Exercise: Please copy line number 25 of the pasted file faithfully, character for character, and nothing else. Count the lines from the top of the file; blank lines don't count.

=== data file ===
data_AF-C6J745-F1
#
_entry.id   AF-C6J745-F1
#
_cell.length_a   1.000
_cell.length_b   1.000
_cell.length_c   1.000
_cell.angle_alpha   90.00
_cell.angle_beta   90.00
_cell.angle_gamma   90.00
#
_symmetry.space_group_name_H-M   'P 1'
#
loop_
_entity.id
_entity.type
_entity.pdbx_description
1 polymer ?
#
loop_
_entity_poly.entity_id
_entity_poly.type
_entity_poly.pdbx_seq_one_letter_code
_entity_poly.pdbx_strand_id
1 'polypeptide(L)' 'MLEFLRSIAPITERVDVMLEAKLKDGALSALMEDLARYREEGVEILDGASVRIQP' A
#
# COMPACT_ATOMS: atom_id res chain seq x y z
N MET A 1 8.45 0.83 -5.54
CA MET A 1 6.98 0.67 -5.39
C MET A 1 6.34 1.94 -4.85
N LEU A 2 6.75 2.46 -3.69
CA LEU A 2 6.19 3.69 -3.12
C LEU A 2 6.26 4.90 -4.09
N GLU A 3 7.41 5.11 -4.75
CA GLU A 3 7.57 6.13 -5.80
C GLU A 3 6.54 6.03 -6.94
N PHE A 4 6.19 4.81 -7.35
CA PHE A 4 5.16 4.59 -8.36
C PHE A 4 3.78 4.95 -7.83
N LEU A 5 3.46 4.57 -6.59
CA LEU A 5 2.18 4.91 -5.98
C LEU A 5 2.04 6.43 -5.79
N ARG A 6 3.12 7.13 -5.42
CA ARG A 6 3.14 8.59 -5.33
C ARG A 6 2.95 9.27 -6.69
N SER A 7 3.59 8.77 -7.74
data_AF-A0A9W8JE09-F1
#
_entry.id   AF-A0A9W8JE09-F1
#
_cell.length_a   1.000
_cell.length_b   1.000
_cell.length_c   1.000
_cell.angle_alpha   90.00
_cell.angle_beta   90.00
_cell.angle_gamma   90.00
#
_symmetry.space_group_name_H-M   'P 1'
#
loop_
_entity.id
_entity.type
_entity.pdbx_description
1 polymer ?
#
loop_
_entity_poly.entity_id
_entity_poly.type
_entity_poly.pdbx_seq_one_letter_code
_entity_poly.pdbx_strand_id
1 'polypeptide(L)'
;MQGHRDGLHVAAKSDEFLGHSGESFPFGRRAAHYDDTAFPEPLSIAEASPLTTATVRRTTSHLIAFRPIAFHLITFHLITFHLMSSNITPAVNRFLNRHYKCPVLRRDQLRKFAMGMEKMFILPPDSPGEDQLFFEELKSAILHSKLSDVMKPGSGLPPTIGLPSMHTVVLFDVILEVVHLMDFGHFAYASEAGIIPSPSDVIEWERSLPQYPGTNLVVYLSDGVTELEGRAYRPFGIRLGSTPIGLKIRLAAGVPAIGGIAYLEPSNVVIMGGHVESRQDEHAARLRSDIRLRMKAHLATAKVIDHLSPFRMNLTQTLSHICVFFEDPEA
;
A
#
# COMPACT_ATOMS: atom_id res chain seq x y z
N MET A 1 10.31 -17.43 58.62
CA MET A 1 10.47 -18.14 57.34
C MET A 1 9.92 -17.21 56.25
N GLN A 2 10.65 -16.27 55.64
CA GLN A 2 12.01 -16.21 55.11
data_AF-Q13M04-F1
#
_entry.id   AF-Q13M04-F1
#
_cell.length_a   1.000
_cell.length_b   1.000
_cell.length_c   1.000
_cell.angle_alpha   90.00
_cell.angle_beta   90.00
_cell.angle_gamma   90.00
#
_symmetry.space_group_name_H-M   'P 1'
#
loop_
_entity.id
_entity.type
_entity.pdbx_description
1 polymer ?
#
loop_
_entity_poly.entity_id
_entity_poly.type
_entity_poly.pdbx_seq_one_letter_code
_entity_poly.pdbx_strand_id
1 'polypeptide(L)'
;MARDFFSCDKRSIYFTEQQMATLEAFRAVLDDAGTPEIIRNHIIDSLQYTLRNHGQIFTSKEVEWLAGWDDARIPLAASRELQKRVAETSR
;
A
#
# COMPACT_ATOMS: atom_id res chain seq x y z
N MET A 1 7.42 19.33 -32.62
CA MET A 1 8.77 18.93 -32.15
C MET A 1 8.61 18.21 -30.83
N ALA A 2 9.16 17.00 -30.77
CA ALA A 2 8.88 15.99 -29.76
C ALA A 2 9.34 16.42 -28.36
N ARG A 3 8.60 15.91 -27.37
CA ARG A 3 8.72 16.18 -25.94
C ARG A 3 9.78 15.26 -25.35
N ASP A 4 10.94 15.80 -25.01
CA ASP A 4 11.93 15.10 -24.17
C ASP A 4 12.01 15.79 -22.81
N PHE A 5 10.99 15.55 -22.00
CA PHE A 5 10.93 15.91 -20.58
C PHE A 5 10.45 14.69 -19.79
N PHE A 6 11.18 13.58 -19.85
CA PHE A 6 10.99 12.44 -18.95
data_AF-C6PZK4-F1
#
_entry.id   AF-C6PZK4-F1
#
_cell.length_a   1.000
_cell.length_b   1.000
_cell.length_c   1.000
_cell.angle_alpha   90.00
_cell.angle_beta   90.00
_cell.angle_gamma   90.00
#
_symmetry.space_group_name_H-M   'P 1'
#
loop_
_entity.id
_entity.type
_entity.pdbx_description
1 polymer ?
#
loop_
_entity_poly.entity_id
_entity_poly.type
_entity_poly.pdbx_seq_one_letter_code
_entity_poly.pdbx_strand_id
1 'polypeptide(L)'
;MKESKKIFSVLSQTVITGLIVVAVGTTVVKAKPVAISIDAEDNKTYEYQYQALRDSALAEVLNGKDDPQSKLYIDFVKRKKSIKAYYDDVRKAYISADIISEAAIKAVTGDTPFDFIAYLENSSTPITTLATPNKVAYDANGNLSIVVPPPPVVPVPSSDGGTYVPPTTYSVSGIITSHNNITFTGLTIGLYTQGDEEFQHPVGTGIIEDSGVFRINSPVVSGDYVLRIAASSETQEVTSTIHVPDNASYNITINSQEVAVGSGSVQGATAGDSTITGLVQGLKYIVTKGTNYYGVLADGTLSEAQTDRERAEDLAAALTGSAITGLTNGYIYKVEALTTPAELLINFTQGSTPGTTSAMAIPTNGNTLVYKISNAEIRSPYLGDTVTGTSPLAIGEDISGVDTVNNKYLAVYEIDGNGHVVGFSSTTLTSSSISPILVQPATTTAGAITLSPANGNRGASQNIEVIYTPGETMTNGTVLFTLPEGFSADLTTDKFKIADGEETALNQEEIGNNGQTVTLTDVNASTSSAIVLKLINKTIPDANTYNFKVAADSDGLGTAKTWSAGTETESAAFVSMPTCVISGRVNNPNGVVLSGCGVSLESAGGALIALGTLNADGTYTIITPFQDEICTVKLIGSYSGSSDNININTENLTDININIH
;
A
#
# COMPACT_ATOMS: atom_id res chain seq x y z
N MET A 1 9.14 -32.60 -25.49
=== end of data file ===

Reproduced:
1 'polypeptide(L)' 'MLEFLRSIAPITERVDVMLEAKLKDGALSALMEDLARYREEGVEILDGASVRIQP' A